Why do rural children have fewer allergies than townies? The answer lies in the cowshed.
The mystery of why farm children have far fewer allergies may have been solved. For years scientists have speculated that something in the rural environment protects against allergies such as hay fever, asthma and eczema, with some research showing the risk is half that of someone living in a city. But exactly what is responsible for such an effect has not been tracked down.
Now scientists have discovered that the answer lies in the cowshed and, in particular, in two strains of bacteria, Acinetobacter lwoffiiand Lactococcus lactis. When they made the bacteria into nose drops and gave them to laboratory animals, they were immediately protected from allergies. Now the aim is to develop a human version of the drops, which could be the first preventive treatment for the growing problem of allergies. “This is the first research to suggest that the use of cowshed bacteria can protect against allergy,” says Professor Otto Holst, one of the international team who made the breakthrough, which was published in the Journal of Allergy and Clinical Immunology.
There has been an increase in allergies, asthma, hay fever and some forms of eczema in the past two to three decades. It has been estimated that 5.1 million people – one adult in 13 and one child in eight – are being treated for asthma and that 18 million people may develop an allergy at some point in their lives. Allergic reactions are caused by the immune system becoming hyper-sensitive to everyday things such as pollen, dust and to certain foods.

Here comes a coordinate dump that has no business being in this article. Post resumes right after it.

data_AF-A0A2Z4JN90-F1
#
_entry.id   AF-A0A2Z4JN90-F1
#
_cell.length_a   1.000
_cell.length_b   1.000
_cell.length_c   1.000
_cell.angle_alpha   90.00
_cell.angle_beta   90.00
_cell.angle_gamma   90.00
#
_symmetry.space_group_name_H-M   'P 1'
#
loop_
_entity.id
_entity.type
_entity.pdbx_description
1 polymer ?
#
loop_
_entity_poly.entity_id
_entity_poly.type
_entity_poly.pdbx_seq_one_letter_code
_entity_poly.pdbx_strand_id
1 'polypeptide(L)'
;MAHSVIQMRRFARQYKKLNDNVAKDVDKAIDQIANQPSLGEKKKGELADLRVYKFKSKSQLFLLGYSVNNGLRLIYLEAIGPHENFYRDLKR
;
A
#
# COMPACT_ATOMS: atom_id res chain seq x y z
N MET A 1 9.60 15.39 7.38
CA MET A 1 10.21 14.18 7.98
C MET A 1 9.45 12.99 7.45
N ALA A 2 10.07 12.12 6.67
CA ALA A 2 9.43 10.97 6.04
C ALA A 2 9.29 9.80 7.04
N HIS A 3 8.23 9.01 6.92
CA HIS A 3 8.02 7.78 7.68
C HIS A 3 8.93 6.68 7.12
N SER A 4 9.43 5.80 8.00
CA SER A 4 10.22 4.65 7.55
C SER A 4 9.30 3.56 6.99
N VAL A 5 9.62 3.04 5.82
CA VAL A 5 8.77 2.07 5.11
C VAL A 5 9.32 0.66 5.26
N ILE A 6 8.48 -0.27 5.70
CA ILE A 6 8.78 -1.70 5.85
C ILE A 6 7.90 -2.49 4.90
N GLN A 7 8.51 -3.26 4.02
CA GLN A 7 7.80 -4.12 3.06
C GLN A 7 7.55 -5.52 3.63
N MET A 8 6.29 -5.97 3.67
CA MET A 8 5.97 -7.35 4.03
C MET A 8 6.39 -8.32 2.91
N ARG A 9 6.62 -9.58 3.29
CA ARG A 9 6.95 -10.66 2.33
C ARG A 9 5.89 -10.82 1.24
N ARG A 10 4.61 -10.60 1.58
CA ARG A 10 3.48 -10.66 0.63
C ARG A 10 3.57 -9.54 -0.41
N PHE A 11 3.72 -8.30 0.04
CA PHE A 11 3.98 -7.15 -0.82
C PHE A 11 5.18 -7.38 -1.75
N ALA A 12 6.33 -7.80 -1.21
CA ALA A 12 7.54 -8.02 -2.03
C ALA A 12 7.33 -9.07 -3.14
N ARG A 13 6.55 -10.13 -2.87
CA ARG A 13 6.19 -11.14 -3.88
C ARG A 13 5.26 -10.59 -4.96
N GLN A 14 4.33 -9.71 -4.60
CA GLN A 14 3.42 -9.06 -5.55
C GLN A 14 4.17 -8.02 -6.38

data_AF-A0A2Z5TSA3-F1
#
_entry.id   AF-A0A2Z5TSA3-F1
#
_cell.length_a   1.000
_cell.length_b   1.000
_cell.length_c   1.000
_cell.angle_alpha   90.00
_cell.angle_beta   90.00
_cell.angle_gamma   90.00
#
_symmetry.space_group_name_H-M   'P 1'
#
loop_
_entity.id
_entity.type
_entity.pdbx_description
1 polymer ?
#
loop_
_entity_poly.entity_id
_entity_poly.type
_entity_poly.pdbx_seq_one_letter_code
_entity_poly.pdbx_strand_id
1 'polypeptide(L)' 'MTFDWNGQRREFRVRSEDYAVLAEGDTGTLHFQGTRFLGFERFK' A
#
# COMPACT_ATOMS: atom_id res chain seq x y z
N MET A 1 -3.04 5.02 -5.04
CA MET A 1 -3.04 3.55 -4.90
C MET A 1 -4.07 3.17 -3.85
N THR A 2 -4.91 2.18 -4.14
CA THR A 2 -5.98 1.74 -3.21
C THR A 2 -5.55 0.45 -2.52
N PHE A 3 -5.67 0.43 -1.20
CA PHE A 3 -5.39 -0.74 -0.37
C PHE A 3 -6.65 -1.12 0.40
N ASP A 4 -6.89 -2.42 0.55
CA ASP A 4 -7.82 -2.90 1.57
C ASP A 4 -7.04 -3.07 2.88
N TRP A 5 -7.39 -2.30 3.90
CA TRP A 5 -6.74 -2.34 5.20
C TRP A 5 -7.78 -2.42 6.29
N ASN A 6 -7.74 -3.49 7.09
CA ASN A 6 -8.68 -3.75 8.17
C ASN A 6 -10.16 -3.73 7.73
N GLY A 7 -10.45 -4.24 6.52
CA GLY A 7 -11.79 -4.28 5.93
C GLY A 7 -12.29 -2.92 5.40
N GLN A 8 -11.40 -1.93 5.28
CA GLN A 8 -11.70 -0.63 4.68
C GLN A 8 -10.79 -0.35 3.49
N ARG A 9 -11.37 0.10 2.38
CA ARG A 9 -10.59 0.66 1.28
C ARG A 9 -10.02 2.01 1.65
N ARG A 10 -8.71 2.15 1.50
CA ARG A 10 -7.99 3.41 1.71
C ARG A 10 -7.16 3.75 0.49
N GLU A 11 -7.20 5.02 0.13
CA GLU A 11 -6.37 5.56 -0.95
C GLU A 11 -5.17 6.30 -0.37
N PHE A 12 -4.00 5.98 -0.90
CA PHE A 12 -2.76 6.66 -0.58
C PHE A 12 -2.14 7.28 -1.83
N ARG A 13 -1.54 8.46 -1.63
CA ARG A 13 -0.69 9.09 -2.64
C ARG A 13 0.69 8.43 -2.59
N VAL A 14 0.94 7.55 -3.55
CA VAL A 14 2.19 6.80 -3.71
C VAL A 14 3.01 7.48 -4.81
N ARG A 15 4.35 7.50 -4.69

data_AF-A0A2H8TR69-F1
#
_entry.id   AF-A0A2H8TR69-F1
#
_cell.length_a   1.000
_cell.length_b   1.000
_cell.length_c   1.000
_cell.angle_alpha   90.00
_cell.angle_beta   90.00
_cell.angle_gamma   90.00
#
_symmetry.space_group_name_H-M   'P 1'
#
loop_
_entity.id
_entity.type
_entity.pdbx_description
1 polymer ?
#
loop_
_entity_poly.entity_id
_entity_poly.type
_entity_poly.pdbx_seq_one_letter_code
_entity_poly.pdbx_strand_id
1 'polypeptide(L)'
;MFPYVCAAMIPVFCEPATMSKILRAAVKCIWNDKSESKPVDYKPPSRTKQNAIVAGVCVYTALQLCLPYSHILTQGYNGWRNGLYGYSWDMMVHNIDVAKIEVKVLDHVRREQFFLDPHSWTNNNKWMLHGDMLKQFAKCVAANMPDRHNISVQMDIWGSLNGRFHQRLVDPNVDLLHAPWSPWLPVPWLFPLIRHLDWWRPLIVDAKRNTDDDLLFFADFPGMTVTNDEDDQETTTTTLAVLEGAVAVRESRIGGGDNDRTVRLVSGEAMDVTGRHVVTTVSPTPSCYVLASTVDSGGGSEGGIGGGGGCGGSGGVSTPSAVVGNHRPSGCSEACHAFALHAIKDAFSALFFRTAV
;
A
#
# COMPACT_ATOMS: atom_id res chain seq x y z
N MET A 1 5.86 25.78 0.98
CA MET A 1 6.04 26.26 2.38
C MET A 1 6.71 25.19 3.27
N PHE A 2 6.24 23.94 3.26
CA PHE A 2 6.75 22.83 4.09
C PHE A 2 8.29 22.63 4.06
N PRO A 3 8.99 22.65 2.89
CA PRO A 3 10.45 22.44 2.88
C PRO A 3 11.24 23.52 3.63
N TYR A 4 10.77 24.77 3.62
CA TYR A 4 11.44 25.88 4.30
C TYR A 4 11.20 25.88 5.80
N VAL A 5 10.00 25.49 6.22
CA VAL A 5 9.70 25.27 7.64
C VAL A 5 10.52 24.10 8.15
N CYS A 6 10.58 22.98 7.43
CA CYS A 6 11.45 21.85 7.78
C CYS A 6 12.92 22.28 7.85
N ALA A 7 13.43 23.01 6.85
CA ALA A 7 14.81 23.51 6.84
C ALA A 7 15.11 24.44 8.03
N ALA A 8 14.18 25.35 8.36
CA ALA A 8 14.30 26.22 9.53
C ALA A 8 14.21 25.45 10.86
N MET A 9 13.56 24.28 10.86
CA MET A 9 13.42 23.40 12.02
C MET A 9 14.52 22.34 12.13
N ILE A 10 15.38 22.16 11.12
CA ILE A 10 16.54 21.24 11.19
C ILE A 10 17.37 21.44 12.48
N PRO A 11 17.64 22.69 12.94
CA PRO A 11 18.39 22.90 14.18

A number of theories have been put forward to explain the rise: for example, a health immune system needs to be exposed in early life to bacteria, infections and other potential problems. If this doesn’t happen, later exposure may result in allergies, especially where there is genetic predisposition. In effect, exposure to bacteria and infections helps to calibrate naive immune systems. The new research comes in the wake of more than 20 studies all of which have indicated that children brought up on farms have low levels of allergy, hay fever and asthma. But while they established a link, they did not track down what was responsible.
Source - Times